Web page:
Table of Contents
One of the leading types of traumatic brain injury is a concussion; it is also often called a minor head trauma or mild traumatic brain injury (MTBI). Basically, it is a head injury that temporarily affects brain function and may cause a person to feel dazed, confused, and even become unconscious soon after. Therefore, when seeking proper care for concussion and neck pain, your doctor will need vital information. Make sure to inform them about your complete health history and whether you had experienced an injury or trauma to your head, even those that happened a long time ago.
Some different ways and events can contribute to getting concussions; some of the possible causes include:
You can get concussions from car accidents and collisions when you hit your head, no matter how minor they can be. The impact you experience when you hit your head on a surface, whether soft or hard, can cause concussions, especially if it happens repeatedly.
Some sports-related activities tend to be rough and intense, making injuries inevitable. Many concussions are the result of sports-related head injuries. Not wearing proper headgear or protection, repeated head bumps, or blows can lead to concussions.
Someone can get a concussion and neck pain from slipping or falling when hitting their head on surfaces like walls, tables, windows, or floors. Even if you only get hit on your chin or face, your head endures the trauma, and you must monitor for possible symptoms.
Physical altercation can lead to concussions when you get hit or punched in the head. Repeated physical abuse can lead to a more serious problem, long-term effects, and even permanent damage.
When you get into an accident, fall, or experience head trauma, watch out for a concussion accompanying symptoms which usually appear within minutes or several hours later. These symptoms can likely change after a few days and may last for two weeks in adults and four weeks in children.
Identify a concussion by watching out for these signs. However, you must know that not everything stated below has to take place for you to confirm if a concussion has occurred.
Some people typically experience concussion and neck pain together. If a concussion develops, your upper spine usually endures the most damage. The head’s weight usually affects your C1 and C2 vertebrae (these parts are also known as the top two bones of the neck), moving them out of their positions. These bones are found just below the skull, and if a head injury occurs, your head can likely shift its weight, leading to a misalignment in the vertebrae. When this happens, your neck bones also add pressure to your neck muscles, causing pain.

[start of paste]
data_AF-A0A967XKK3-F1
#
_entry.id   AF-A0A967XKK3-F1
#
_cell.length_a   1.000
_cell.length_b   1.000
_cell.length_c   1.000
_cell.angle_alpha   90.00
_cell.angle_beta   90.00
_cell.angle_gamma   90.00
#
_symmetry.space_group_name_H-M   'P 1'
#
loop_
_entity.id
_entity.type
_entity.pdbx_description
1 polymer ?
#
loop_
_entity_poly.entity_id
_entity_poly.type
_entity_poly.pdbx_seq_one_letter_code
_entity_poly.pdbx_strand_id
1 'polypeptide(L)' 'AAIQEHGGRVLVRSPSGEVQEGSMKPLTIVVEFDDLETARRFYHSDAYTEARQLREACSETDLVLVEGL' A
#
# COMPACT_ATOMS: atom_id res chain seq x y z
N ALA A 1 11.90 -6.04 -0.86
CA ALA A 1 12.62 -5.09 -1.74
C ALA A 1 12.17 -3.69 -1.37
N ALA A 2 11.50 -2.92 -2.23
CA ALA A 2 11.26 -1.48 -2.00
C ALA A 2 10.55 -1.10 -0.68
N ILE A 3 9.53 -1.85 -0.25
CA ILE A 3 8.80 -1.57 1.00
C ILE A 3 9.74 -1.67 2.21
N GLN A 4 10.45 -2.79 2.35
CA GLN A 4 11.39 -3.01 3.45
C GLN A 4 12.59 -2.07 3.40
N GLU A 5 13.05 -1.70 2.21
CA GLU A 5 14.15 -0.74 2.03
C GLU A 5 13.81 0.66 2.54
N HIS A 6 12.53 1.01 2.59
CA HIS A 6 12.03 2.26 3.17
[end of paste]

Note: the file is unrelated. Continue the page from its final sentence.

It’s practical to always err on the side of caution, especially when doing things that can cause you to fall, slip, or endure physical trauma. There are simple ways you can do to avoid possible concussions, especially if you will be engaging in sports, physical activities, or just straight out being careful:
Unequal distribution of weight can lead to various health problems and issues. For example, head traumas leading to your head being off-center disrupts the weight distribution causing your spine, shoulders, and hips to lose their balance. This is already a domino effect caused by the misalignment of your upper cervical bones. When this happens, your brain functions and blood flow are affected.
Upper cervical chiropractors use safe, natural, and gentle methods to resolve concussion and neck pain for both adults and children. First, your upper cervical doctor will make adjustments to help the prominent bones of the neck move back into their places. Once the misalignment is addressed, your body will slowly recover and start feeling relief from post-concussion symptoms.
If you recently encountered a traumatic fall or accident in the head and are suspecting a concussion, find an upper cervical doctor near you specializing in finding and correcting misalignments of your C1 and C2 vertebrae. Don’t wait for your condition or symptoms to get worse; set an appointment with a doctor right away by clicking this link.
The content and materials provided in this web site are for informational and educational purposes only and are not intended to supplement or comprise a medical diagnosis or other professional opinion, or to be used in lieu of a consultation with a physician or competent health care professional for medical diagnosis and/or treatment. All content and materials including research papers, case studies and testimonials summarizing patients' responses to care are intended for educational purposes only and do not imply a guarantee of benefit. Individual results may vary, depending upon several factors including age of the patient, severity of the condition, severity of the spinal injury, and duration of time the condition has been present.